General Relations with the British
Entries are listed chronologically.

Donald Campbell to Henry Bouquet. June 1, 1761. Vol. 19, (1891): 70-71.

Complaining about Indians traveling to Niagra for rum and not returning with any trade goods.

Alvord, Clarence Walworth. "The Genesis of the Proclamation of 1763." Vol. 36, (1908): 20-52.

History and analysis of the Proclamation which restricted white settlement in the west. Includes description of relations with the Indians.

King George. "A Proclamation." October 7, 1763. Vol. 36, (1908): 14-19.

Text of the Proclamation of 1763 restricting white settlement west of the Appalachians.

De Peyster, Arent S. "Letters and Speeches of Indian Affairs." 1781. Vol. 13, (1889): 41-47.

Major De Peyster and other British officials discuss various matter with the Huron, Delaware, Kooshaking, and Moravian representatives.

De Peyster. "Chippewa Land Allotments." May 13, 1782. Vol. 13, (1889): 46.

A letter to General Haldimand explaining that the Detroit Ojibwe have consented to allow white settlers to cultivate land on the Huron River.

Johnson, John. "Instructions for the Officer Commanding the Indian Department at Detroit, 1783." Vol. 13, (1889): 72.

"Lord Dorchester's Instructions to Sir John Johnson for Good Government of the Indian Department." 1787. Vol. 23, (1893): 627-632.

Instructions on such matters as etiquitte, trade, and purchase of land.

"Court of Inquiry." June 24, 1788. Vol. 11, (1888): 514-619.

Transcripts of a British court of inquiry which was convened at Michilimackinac to investigate the conduct of persons employed by the Indian Department.

"Court of Inquiry." 1788. Vol. 13, (1889): 86-89.

Notes of the court that was established by the British government to investigate wrongdoings by persons employed by the Indian Department.

John Butler to Joseph Chew. April 27, 1794. Vol. 20, (1892): 342-343.

Discusses possibility of war with the US and British assurances to the Indians that the British will not abandon them.

Chew to Thomas Coffin. January 5, 1795. Vol. 20, (1892): 387-389.

Discusses purchase of land from Native Americans, the ban on the sale of rum to them, and Sir William Johnson's relations with them.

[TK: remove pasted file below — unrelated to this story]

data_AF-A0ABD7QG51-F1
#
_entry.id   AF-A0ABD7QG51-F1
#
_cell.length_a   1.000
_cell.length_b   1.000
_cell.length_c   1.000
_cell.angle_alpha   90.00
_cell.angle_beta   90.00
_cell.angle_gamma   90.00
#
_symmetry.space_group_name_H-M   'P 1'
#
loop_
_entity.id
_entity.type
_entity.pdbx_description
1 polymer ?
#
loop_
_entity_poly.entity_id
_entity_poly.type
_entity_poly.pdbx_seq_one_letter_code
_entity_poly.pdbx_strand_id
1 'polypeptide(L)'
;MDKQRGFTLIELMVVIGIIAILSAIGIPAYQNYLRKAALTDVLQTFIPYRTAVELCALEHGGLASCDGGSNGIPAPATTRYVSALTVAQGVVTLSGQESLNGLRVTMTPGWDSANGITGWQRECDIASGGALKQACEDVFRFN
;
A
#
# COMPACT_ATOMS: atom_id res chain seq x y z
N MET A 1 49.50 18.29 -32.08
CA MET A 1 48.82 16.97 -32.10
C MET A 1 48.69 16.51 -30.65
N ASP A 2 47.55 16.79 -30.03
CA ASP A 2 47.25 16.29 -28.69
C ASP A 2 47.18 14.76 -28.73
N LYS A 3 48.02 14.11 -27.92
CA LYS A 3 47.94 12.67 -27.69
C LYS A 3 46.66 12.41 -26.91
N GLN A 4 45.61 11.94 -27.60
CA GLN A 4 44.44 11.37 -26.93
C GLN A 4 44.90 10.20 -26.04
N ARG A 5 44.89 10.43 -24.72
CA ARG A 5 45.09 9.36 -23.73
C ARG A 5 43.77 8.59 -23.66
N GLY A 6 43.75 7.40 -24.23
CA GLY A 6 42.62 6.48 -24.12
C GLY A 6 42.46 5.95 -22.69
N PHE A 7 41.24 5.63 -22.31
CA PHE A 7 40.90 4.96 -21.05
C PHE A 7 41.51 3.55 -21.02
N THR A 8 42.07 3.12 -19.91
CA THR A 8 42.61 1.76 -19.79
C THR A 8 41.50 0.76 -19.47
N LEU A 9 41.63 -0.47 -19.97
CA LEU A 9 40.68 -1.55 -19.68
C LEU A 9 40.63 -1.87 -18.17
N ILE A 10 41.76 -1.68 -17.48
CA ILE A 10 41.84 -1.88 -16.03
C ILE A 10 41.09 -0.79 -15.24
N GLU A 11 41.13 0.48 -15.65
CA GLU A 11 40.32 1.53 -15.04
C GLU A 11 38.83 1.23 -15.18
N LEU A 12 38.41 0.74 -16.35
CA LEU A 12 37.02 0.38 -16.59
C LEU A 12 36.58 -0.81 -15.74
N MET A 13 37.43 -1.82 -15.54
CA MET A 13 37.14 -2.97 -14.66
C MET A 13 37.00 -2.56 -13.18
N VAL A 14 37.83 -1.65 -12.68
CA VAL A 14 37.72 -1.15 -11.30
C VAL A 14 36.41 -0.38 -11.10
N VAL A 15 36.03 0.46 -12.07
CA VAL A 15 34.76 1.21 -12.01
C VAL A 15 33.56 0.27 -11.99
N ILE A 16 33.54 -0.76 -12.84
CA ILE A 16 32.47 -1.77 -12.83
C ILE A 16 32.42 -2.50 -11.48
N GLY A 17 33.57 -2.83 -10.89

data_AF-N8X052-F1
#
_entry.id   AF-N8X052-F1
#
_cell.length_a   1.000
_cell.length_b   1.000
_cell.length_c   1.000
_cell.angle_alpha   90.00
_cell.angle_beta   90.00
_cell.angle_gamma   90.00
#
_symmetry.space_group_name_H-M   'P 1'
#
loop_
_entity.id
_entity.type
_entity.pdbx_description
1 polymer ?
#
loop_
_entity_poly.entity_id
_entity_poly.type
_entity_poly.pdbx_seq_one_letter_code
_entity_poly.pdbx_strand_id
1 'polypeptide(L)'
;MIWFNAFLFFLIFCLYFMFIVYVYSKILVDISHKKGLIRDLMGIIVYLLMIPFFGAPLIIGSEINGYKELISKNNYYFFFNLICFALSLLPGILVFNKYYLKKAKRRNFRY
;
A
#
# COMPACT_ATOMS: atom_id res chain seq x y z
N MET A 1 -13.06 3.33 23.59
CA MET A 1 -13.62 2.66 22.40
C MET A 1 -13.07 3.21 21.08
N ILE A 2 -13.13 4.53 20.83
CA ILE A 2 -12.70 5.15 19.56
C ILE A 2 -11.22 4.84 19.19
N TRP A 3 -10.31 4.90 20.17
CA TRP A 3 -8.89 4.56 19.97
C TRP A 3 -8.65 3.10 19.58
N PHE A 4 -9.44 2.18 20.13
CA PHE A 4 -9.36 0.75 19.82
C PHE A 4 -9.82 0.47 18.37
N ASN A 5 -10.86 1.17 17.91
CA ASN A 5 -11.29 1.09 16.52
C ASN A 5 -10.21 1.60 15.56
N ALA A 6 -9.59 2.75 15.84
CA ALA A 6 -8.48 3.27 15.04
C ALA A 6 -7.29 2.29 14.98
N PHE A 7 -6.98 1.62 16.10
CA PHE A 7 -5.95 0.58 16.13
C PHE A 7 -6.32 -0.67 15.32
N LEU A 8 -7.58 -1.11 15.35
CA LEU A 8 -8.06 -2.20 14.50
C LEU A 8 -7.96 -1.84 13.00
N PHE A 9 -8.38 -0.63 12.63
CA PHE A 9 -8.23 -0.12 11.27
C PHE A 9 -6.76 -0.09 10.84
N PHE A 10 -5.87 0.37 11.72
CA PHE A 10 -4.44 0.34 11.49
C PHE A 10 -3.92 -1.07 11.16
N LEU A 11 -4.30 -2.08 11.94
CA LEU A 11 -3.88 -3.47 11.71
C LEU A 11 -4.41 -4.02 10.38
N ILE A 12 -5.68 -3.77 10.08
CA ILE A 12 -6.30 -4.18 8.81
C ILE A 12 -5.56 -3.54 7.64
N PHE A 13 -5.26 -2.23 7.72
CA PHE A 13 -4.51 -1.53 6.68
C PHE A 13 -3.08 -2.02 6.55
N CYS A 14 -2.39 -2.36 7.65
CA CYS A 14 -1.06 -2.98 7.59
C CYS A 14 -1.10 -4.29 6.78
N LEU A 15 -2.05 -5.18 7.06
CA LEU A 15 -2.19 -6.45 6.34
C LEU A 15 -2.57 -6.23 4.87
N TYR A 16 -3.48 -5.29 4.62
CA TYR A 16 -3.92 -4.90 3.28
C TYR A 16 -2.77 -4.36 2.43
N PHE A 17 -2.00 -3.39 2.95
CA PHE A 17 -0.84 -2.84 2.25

Doyle, William. "Copy of a Commission by Major Doyle to Keehwitamigistcaw." 1796. Vol. 12, (1888): 217.

Doyle appoints Keehwitamigistcaw a chief of the Ojibwe Indians for his defense of English traders at Saulte Ste. Marie.

Prevost, George. "Instructions for the Good Government of the Indian Department." May 1, 1812. Vol. 25, (1894): 295-304.

Advice to the new Superintendant of Indian Affairs on such things as presents, ceremonies, councils, and trade.

Bulg

er, Dickson. "Court of Inquiry." 1814. Vol. 15, (1889): 669-674.

Court established at Green Bay to investigate losses experienced by Indians.

Lieut. Gen. Drummond to George Prevost. February 8, 1815. Vol. 16, (1890): 47

Suggests route by which the Lake Ontario Indians can be moved to territory along the Mississippi River, fears they will think the English are trying to get out of giving them gifts.

Bul

ger to Robert McDonall. March 15, 1815. Vol. 16, (1890): 65-66.

Informs McDonall that Indians will arrive at Green Bay soon, and that they need a blacksmith to repair their weapons.

William Caldwell to William Claus. June 15, 1815. Vol. 16, (1890): 133-134.

Letter concerning whether Ojibwe should be allowed to remain at the Thames River to plant corn.

McDo

nall to Sir George Murray. June 24, 1815. Vol. 16, (1890): 136-138

.

McD

onall reports that Americans are violating the Treaty of Ghent to cut the British off from their Indian allies. He is worried that the Indians might think the British are abandoning them.

R. James to Major General F. P. Robinson. July 16, 1815. Vol. 16, (1890): 173-176.

Commander of Fort Sandwich describes relations with the Indians at Burlington, Amherstburg, Sandwich, and Delaware. Letter refers to Ojibwe, Sauks, and Shawnee. Also reports of Indians crossing "the river" to hunt, apparently in US territory.